Rhododendron mucronulatum

Rhododendron mucronulatum

Man, did I jinx it last month or what? Freezing temperatures and a dusting of snow. Still, Spring is flirting with us. The amount of pollen coating my car each day as I leave the Garden is astonishing. The list of flowering trees and shrubs is growing: Corylopsis, Cornus mas, Daphne, and Rhododendrons. Alders and filberts are dangling their catkins. Even the cheerful presence of crocus and narcissus makes you eager for more. The dense patches of Erythronium are forming and sending their nodding buds upwards. By all accounts, it’s getting there, but the winter chill is hanging on just a little longer.

Spring cleanup continues as we spread more mulch. March is the time to prune your hydrangeas and roses. Be on the lookout for hummingbird nests. At the Garden, we’ve been observing Anna’s hummingbirds collecting spiderwebs and lichen for the last few weeks. We’ve been replenishing the feeder regularly. Ground nesting birds such as the Towhees and Juncos have returned “busy” (wink) and noisy. They favor the collapsed sword ferns for their nests—a good reminder to leave places of refuge in the Garden.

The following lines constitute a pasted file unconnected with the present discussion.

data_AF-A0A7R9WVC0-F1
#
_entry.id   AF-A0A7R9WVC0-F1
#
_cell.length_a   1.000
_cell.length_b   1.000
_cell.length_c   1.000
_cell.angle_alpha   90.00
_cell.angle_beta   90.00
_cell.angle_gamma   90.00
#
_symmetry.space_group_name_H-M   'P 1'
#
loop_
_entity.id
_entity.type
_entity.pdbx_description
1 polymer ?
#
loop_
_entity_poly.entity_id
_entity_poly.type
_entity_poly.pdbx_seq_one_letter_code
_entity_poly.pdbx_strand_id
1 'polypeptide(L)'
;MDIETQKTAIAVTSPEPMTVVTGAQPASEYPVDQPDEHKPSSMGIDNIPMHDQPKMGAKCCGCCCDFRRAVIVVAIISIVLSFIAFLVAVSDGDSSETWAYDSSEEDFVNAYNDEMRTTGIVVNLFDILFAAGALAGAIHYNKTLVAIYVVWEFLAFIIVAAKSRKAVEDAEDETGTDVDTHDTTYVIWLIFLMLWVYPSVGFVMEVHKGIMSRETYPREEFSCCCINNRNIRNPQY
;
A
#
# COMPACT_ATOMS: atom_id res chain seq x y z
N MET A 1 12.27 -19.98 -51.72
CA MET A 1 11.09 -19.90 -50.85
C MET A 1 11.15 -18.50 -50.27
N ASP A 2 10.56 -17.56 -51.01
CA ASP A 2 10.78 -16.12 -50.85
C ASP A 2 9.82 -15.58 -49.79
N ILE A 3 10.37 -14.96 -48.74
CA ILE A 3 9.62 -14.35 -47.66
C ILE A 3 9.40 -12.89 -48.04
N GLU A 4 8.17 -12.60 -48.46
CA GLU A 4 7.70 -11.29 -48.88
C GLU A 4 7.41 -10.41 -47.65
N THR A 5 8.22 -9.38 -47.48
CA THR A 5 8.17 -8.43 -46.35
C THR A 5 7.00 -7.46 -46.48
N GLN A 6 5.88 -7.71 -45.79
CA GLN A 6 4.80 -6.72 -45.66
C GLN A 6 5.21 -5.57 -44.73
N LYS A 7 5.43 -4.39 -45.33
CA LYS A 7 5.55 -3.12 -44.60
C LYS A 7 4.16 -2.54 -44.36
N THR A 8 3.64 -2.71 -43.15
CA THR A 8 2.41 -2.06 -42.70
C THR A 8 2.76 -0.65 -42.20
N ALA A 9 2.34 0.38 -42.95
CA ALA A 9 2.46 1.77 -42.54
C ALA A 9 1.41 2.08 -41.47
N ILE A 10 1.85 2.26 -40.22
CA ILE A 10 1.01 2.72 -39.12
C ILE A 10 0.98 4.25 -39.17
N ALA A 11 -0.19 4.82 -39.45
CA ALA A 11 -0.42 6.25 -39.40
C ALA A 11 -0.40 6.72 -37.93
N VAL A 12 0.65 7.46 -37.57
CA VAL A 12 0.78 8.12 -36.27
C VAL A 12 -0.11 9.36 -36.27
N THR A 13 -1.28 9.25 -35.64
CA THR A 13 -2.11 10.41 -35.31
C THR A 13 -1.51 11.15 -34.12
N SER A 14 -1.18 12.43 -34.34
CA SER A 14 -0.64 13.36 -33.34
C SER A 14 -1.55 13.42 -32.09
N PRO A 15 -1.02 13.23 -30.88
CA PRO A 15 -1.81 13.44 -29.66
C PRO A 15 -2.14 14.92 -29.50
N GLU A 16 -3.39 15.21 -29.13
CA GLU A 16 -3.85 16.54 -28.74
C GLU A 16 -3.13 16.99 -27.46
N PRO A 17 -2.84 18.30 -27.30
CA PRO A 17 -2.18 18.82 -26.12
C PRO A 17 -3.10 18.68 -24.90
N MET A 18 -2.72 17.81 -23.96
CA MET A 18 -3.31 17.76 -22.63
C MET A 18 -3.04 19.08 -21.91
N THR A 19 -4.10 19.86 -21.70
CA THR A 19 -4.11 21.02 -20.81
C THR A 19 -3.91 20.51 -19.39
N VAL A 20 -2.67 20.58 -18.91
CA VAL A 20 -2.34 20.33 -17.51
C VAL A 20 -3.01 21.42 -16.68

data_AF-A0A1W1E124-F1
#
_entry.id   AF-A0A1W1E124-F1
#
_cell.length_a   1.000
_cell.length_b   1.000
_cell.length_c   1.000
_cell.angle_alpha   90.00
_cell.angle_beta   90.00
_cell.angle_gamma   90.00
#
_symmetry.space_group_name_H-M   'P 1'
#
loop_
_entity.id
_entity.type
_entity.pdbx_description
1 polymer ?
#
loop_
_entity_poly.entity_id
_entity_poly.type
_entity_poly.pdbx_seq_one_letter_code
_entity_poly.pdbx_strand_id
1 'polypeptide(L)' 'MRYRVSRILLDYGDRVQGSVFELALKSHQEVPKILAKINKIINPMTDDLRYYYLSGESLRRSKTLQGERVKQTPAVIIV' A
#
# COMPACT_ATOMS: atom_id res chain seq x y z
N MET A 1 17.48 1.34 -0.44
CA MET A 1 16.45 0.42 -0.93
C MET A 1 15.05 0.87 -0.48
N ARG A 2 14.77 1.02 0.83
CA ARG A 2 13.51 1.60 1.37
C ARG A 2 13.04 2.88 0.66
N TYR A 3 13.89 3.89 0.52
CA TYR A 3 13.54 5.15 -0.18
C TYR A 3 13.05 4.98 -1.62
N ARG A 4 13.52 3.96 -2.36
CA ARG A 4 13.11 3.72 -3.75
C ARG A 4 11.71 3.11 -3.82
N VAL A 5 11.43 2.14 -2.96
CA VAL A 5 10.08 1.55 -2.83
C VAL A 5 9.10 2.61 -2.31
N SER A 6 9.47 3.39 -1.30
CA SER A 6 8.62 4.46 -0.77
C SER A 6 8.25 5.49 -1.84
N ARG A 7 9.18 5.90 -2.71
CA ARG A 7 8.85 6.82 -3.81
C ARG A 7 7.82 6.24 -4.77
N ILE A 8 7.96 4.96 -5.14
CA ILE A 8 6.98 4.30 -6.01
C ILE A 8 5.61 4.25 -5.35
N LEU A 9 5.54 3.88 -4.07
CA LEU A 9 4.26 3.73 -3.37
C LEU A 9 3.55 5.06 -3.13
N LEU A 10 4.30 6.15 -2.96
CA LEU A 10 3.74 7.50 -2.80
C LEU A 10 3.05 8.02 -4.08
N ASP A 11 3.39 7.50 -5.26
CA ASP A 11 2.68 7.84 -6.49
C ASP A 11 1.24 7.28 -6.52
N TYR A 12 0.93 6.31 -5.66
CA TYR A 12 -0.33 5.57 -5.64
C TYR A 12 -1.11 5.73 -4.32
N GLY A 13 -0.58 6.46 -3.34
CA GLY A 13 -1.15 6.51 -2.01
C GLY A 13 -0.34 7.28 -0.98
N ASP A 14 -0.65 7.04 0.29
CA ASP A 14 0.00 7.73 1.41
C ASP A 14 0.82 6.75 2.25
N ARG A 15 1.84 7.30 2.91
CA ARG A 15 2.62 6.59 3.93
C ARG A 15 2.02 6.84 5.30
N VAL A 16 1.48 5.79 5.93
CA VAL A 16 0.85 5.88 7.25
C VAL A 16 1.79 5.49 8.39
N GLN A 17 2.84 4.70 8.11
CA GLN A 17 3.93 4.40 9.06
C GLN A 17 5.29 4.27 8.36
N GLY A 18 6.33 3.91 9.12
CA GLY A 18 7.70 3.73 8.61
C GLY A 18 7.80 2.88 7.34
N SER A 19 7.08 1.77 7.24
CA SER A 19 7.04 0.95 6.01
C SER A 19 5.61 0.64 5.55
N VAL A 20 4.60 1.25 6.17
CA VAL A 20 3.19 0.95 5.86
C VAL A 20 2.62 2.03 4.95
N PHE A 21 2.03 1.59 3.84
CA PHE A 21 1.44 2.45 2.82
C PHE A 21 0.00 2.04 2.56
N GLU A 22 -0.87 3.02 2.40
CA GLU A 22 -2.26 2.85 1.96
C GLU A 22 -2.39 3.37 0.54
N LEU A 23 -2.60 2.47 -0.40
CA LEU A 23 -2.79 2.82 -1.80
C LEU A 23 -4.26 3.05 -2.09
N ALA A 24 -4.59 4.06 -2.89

I made my annual trip to the Gorge this last weekend to see the Olsynium douglasii blooming. While still early, there was plenty to see, but far from peak. Fritillaria pudica was also starting to bloom. Other ephemerals such as Erythronium grandiflorum were emerging along with Fritillaria affinis. I threw in some yard work for Mom for good measure. I’ll look forward to returning soon.

March marks the end of this quarter’s internships. The last two years of working with Edmonds College have brought new life to the Garden, new friendships. We have truly benefited from the hard work and creativity of Hans Tietjens, Stan Dombrowski, Ben Skolthiem, Angie Vinyard, Hillary Ethe, and Caroline Rubin-Konig. Whenever I walk through the Garden, I’m reminded of them as I pass their projects.

I look forward to future internship opportunities.


Joe Abken, Executive Director